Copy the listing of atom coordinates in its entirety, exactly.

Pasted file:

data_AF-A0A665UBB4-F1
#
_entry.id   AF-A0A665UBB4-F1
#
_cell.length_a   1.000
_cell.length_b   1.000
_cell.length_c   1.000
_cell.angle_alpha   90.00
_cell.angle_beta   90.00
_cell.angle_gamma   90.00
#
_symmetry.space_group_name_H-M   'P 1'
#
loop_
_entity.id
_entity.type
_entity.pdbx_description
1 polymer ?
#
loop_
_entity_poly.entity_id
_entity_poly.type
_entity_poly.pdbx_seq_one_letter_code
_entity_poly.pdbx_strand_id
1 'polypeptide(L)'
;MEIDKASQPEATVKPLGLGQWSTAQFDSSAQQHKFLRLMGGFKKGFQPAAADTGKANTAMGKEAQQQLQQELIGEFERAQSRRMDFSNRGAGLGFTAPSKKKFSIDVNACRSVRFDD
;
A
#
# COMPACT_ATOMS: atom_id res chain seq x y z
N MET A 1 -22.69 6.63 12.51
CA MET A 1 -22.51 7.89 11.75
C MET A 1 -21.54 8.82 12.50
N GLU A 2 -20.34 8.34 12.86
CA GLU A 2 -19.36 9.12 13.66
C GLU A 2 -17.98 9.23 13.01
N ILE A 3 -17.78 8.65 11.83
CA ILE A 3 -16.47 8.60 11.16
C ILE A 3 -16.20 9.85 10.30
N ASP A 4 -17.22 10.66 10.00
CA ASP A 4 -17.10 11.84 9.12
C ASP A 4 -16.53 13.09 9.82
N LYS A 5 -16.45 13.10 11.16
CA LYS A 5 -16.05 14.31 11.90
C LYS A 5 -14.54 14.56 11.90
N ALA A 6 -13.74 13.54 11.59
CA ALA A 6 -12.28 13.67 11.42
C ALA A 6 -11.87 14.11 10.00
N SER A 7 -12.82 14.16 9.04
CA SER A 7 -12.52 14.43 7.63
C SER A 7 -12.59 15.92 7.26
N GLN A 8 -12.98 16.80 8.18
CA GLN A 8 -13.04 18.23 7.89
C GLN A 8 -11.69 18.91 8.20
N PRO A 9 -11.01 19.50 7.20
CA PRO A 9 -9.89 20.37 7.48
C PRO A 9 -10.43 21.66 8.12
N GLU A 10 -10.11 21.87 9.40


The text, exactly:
data_AF-A0A665UBB4-F1
#
_entry.id   AF-A0A665UBB4-F1
#
_cell.length_a   1.000
_cell.length_b   1.000
_cell.length_c   1.000
_cell.angle_alpha   90.00
_cell.angle_beta   90.00
_cell.angle_gamma   90.00
#
_symmetry.space_group_name_H-M   'P 1'
#
loop_
_entity.id
_entity.type
_entity.pdbx_description
1 polymer ?
#
loop_
_entity_poly.entity_id
_entity_poly.type
_entity_poly.pdbx_seq_one_letter_code
_entity_poly.pdbx_strand_id
1 'polypeptide(L)'
;MEIDKASQPEATVKPLGLGQWSTAQFDSSAQQHKFLRLMGGFKKGFQPAAADTGKANTAMGKEAQQQLQQELIGEFERAQSRRMDFSNRGAGLGFTAPSKKKFSIDVNACRSVRFDD
;
A
#
# COMPACT_ATOMS: atom_id res chain seq x y z
N MET A 1 -22.69 6.63 12.51
CA MET A 1 -22.51 7.89 11.75
C MET A 1 -21.54 8.82 12.50
N GLU A 2 -20.34 8.34 12.86
CA GLU A 2 -19.36 9.12 13.66
C GLU A 2 -17.98 9.23 13.01
N ILE A 3 -17.78 8.65 11.83
CA ILE A 3 -16.47 8.60 11.16
C ILE A 3 -16.20 9.85 10.30
N ASP A 4 -17.22 10.66 10.00
CA ASP A 4 -17.10 11.84 9.12
C ASP A 4 -16.53 13.09 9.82
N LYS A 5 -16.45 13.10 11.16
CA LYS A 5 -16.05 14.31 11.90
C LYS A 5 -14.54 14.56 11.90
N ALA A 6 -13.74 13.54 11.59
CA ALA A 6 -12.28 13.67 11.42
C ALA A 6 -11.87 14.11 10.00
N SER A 7 -12.82 14.16 9.04
CA SER A 7 -12.52 14.43 7.63
C SER A 7 -12.59 15.92 7.26
N GLN A 8 -12.98 16.80 8.18
CA GLN A 8 -13.04 18.23 7.89
C GLN A 8 -11.69 18.91 8.20
N PRO A 9 -11.01 19.50 7.20
CA PRO A 9 -9.89 20.37 7.48
C PRO A 9 -10.43 21.66 8.12
N GLU A 10 -10.11 21.87 9.40